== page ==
Erickson had also established a reputation as a pianist, with training dating back to lessons as a teenager with Philip Lorenz, who was teaching at Cal State Fresno and had served as assistant to Claudio Arrau. After Lorenz’s death, Erickson moved to San Francisco, where “I started developing my voice in a literary format, writing poetry, while also developing my musical composition voice and improvising [on piano]. I think I have a very strong jazz sensibility, in that I write down traditional scores, but nearly always include some form of structured improvisation.”
He went on to graduate study at the University of Notre Dame, where he pursued his multiple interests in piano, literature, and musicology. Erickson founded a new-music festival there, returned to the Bay Area for a year at Mills, and then got picked for Yale’s summertime Norfolk Chamber Music Festival.
Once again eager to create opportunities where they seemed missing, Erickson then set up residencies with three Bay Area Episcopal churches — Grace Cathedral, St. Mark’s in Berkeley, and St. Mary the Virgin in San Francisco — where “I was writing both liturgical music and music for their various concert series. I was kind of a generic Protestant, more of a secular humanist, but I realized there was some really incredibly beautiful and complex music” in the Anglican/Episcopalian tradition. His choral experience led to a residency with the National Shrine of St. Francis of Assisi in North Beach, and then to a commission from the San Francisco Girls Chorus.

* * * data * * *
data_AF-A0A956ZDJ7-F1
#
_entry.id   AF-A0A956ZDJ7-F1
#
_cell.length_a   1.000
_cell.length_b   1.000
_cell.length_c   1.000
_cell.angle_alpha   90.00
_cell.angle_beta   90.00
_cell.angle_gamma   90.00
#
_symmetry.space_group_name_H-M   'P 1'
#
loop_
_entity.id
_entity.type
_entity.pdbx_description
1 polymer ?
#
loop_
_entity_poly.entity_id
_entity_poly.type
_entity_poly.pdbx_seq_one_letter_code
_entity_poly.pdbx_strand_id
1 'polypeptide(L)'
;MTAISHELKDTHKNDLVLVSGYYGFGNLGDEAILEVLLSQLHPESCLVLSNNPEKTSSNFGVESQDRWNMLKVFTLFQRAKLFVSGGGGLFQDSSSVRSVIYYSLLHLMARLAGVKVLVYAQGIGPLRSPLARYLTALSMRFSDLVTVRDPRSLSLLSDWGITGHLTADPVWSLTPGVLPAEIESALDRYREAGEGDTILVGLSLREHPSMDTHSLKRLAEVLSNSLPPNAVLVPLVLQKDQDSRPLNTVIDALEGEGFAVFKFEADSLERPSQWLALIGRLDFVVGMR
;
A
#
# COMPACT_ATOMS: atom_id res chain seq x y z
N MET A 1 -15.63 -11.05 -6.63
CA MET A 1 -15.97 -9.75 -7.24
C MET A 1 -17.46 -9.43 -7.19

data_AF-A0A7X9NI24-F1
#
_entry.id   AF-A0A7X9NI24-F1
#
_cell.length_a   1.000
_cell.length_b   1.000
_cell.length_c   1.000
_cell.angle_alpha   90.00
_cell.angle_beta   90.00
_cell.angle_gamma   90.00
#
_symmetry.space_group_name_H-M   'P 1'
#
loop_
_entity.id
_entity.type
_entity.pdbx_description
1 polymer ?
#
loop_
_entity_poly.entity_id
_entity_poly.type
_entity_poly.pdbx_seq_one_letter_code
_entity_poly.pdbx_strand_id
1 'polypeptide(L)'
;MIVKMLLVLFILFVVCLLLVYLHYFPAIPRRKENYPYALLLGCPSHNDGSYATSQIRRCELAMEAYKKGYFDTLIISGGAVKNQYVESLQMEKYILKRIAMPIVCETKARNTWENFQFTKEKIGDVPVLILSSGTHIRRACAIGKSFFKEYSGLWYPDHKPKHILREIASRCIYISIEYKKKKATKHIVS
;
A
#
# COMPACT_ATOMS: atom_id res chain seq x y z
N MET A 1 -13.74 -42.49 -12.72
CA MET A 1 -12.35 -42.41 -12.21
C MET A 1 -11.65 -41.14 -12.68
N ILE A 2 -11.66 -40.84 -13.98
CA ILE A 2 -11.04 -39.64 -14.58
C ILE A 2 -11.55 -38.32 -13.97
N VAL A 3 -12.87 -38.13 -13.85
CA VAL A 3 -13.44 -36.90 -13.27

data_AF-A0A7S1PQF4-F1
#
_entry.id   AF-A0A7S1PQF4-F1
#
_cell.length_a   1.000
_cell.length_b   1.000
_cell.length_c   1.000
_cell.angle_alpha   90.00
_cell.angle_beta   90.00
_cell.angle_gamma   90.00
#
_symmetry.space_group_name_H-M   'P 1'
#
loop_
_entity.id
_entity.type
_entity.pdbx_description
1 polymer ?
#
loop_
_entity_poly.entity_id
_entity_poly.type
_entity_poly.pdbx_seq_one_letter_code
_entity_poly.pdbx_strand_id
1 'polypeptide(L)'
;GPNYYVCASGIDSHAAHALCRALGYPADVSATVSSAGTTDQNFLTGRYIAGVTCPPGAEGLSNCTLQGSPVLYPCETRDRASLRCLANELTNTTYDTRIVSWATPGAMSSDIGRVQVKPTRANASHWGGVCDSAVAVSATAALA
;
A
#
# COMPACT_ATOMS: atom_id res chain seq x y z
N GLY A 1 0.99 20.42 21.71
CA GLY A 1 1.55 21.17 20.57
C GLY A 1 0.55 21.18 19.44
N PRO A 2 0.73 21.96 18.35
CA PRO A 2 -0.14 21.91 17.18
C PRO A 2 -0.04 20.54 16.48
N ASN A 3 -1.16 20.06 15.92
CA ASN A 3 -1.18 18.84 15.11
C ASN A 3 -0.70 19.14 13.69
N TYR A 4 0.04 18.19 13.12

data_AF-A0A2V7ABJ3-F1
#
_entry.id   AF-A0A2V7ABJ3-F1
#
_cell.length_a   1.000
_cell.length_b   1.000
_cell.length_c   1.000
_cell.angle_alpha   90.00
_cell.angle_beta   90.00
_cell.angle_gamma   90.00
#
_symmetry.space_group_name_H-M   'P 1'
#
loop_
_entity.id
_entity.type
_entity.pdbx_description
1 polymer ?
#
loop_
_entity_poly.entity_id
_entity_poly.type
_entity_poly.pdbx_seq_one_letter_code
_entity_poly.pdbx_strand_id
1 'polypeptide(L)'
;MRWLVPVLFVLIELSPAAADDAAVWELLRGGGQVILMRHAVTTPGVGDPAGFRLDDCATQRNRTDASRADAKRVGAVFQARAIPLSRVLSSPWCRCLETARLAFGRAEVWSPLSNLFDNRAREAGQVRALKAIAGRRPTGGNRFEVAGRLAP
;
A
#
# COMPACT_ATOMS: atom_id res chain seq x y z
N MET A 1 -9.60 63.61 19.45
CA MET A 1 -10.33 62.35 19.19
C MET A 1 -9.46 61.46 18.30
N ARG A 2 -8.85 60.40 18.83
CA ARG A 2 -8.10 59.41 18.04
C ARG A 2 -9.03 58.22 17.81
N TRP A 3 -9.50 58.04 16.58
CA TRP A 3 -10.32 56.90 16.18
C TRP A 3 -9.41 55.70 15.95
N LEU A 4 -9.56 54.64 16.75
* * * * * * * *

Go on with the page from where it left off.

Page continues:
Erickson’s compositions generally follow a clear melodic line, with nods to new-music voicings in the instrumental accompaniment and in lyric innovations. “Minimalism is a great way to cut your teeth in composition, because it’s so direct,” he says, “and that kind of language is not totally out-of-place in a liturgical context. And [his church-connected employers] weren’t asking me to write music they’d already heard. I could infuse their music with my own language, or use some of their elements within my language.”
The late countertenor Brian Asawa and the soprano Ann Moss commissioned work from Erickson, and the latter led to an introduction to his current wife, soprano Heidi Moss (no relation). As two newly single parents with children of identical ages, “it was obvious we were nearly the same person.” The composer also realized “I’d been moving toward art song, and meeting Heidi sort of accelerated things, because she’d already been with Lieder Alive!, and Maxine Bernstein, their director, thought, wouldn’t it be wonderful if we brought you on as our composer-in-residence. That was 2013, and I’ve never looked back.”